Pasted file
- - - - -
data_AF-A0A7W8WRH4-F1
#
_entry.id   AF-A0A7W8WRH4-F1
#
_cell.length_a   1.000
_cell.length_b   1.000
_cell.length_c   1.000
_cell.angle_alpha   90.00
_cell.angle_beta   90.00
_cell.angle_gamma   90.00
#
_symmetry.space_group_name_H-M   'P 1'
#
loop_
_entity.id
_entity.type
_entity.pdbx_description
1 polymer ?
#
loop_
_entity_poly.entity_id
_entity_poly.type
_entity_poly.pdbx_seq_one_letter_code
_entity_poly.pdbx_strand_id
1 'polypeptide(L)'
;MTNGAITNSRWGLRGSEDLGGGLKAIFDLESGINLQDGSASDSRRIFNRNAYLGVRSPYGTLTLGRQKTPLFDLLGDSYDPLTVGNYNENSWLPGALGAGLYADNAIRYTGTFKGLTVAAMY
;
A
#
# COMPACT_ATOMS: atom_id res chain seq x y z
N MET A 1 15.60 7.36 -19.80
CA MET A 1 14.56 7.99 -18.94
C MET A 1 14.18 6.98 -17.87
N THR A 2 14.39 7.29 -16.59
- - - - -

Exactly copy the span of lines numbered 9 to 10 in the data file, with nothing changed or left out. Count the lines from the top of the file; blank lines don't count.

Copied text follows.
_cell.angle_beta   90.00
_cell.angle_gamma   90.00